Pastor, author, and consummate theological biographer, William Buell Sprague was born in Andover, Connecticut in 1795. He graduated from Yale College in 1815, and enrolled at Princeton Theological Seminary, receiving his degree in 1819.
Sprague’s first pastoral charge was with the Congregational Church in West Springfield, Massachusetts, where he served from 1820-29. In 1829 he accepted a call to Albany, NY, to serve as pastor at Second Presbyterian Church. A beloved pastor and eloquent preacher, Sprague’s forty years of ministry in Albany were also marked by tremendous literary productivity.
His publications include sermons, biographies, historical pieces, lectures, and an important volume addressing a biblical and historical view of the origins, effects, and fruits of a Holy Spirit-originated revival, Lectures on Revivals (1832; re-published by the Trust in 1958, and in a re-set edition in 2007). The book also includes valuable essays on the subject from leading ministers who had personal experience of revival in their ministries.
A first-rate bibliophile, Sprague’s personal library contained a massive collection of pamphlets, sermons, and other fugitive pieces of biographical and historical material often lost to future generations because of their ephemeral nature. His foresight for preservation of this material came to fruition in what is probably his greatest literary legacy to the Christian church—the massive nine-volume, Annals of the American Pulpit, published between 1857 and 1869. The volumes record the history of the major denominations and religious groups in the United States through to the mid-nineteenth century. They are particularly valuable for the number of primary source documents included which give testimony to the vitality of Christian piety and its outworking in the lives of individuals, churches, denominations, and the nation. The volumes are a moving and spiritually enriching collection of biographical, historical, theological, and pastoral observations. They remain of enduring value for understanding the advance of Christ’s church in America.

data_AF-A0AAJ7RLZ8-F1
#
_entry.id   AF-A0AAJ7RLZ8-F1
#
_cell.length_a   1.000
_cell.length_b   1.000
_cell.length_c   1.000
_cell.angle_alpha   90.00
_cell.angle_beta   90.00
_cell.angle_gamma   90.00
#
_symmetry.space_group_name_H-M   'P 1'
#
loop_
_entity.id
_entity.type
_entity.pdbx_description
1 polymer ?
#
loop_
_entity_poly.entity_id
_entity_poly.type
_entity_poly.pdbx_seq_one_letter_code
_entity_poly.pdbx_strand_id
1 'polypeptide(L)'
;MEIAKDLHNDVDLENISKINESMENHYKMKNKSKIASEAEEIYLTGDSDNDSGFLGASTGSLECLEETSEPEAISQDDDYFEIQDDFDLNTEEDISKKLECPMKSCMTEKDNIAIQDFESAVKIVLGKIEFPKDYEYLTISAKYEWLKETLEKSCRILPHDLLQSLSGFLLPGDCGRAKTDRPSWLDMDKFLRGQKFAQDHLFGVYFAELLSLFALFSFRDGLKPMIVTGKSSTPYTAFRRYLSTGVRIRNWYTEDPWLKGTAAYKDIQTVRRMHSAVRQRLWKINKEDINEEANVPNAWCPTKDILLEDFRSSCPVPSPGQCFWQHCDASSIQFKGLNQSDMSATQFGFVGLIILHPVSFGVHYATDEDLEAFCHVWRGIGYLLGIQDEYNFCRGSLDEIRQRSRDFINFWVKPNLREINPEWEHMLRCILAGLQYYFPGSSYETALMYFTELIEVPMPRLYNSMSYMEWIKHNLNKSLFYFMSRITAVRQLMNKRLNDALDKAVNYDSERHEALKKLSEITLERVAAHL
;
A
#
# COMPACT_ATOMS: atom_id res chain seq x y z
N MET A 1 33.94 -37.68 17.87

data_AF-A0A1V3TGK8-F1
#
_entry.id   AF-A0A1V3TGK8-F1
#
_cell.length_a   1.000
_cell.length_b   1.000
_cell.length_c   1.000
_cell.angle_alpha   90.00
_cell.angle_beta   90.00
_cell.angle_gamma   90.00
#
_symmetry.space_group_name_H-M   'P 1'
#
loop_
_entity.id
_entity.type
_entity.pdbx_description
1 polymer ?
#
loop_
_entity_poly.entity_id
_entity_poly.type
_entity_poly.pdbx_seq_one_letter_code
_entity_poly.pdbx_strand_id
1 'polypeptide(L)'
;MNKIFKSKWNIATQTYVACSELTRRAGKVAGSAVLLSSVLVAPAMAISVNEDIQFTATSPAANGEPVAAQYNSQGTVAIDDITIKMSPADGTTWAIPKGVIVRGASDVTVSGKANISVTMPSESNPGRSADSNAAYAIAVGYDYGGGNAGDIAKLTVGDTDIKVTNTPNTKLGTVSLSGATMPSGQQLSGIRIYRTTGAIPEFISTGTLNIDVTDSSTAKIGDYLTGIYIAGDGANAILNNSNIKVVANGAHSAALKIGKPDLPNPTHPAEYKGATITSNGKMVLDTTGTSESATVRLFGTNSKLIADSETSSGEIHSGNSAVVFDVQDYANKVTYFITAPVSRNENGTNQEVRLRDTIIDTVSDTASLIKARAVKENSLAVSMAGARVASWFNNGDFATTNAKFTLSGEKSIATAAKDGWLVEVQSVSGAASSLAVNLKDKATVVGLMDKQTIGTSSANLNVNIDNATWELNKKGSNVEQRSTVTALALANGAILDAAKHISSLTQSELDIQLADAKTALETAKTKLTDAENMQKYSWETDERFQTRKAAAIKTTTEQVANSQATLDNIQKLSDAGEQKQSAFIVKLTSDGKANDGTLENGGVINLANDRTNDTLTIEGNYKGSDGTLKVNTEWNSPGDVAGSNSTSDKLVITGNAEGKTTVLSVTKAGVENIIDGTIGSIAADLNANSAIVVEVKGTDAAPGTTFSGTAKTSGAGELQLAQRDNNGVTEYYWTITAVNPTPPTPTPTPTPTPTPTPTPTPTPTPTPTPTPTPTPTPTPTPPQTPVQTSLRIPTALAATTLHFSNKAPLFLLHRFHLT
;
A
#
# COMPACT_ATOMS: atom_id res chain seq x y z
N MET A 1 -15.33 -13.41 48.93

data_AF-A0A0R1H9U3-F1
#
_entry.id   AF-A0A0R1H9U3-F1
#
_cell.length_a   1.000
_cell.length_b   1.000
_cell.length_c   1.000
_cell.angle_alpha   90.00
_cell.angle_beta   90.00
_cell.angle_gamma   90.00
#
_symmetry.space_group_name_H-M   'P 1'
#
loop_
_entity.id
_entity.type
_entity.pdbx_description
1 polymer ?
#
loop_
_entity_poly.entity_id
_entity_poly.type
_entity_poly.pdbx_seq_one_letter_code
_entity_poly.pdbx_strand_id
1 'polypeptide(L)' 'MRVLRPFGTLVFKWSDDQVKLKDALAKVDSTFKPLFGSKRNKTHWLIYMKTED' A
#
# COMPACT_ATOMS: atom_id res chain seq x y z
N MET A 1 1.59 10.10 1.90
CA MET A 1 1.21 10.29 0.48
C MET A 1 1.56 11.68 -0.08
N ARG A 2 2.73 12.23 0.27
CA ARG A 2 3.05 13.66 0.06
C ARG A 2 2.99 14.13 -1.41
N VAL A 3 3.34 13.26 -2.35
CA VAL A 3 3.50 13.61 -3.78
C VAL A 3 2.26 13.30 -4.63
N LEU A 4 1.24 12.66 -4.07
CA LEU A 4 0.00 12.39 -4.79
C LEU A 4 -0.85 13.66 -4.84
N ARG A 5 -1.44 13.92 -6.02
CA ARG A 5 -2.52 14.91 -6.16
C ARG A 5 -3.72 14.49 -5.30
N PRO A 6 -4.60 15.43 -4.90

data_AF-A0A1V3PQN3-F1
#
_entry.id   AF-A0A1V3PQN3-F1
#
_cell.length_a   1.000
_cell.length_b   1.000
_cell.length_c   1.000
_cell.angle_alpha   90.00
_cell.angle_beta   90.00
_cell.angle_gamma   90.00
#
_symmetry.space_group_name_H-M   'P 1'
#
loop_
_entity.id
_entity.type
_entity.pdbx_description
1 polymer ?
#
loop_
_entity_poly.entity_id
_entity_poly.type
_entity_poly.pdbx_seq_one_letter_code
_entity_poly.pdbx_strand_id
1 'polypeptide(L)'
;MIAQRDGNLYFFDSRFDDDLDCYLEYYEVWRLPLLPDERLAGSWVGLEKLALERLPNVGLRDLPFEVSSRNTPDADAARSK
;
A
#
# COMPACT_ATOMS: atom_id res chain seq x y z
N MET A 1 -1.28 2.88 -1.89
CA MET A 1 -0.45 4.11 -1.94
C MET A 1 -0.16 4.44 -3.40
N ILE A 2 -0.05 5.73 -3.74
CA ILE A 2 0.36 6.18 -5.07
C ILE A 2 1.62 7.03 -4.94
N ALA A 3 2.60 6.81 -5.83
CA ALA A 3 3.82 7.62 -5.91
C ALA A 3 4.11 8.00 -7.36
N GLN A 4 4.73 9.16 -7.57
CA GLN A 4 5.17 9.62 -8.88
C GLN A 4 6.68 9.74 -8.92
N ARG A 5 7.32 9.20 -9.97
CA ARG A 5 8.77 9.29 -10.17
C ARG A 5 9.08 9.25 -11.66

In 1869, at the age of 74, Sprague left his church and after a peaceful retirement died in 1876.[Adapted from James M Garretson’s biographical sketch in Volume 1 of Princeton and the Work of the Christian Ministry.]